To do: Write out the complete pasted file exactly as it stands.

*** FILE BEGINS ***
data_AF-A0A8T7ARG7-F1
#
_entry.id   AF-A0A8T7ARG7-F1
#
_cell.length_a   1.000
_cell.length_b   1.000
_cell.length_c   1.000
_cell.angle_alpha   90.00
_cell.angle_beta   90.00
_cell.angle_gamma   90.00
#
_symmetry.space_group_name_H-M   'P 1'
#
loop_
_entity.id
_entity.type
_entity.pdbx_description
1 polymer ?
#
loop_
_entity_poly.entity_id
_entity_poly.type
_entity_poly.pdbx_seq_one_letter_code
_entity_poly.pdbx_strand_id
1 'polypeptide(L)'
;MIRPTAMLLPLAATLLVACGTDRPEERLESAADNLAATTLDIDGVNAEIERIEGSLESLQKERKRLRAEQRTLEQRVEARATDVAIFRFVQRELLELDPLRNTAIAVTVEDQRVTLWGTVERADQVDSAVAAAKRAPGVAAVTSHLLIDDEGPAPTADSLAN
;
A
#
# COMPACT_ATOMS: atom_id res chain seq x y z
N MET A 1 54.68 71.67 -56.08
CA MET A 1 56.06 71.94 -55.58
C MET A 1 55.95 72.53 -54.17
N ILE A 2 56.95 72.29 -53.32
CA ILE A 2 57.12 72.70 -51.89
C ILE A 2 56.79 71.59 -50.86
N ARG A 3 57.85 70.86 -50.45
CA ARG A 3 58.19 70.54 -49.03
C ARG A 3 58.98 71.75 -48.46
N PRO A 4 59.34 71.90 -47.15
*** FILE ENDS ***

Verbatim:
data_AF-A0A8T7ARG7-F1
#
_entry.id   AF-A0A8T7ARG7-F1
#
_cell.length_a   1.000
_cell.length_b   1.000
_cell.length_c   1.000
_cell.angle_alpha   90.00
_cell.angle_beta   90.00
_cell.angle_gamma   90.00
#
_symmetry.space_group_name_H-M   'P 1'
#
loop_
_entity.id
_entity.type
_entity.pdbx_description
1 polymer ?
#
loop_
_entity_poly.entity_id
_entity_poly.type
_entity_poly.pdbx_seq_one_letter_code
_entity_poly.pdbx_strand_id
1 'polypeptide(L)'
;MIRPTAMLLPLAATLLVACGTDRPEERLESAADNLAATTLDIDGVNAEIERIEGSLESLQKERKRLRAEQRTLEQRVEARATDVAIFRFVQRELLELDPLRNTAIAVTVEDQRVTLWGTVERADQVDSAVAAAKRAPGVAAVTSHLLIDDEGPAPTADSLAN
;
A
#
# COMPACT_ATOMS: atom_id res chain seq x y z
N MET A 1 54.68 71.67 -56.08
CA MET A 1 56.06 71.94 -55.58
C MET A 1 55.95 72.53 -54.17
N ILE A 2 56.95 72.29 -53.32
CA ILE A 2 57.12 72.70 -51.89
C ILE A 2 56.79 71.59 -50.86
N ARG A 3 57.85 70.86 -50.45
CA ARG A 3 58.19 70.54 -49.03
C ARG A 3 58.98 71.75 -48.46
N PRO A 4 59.34 71.90 -47.15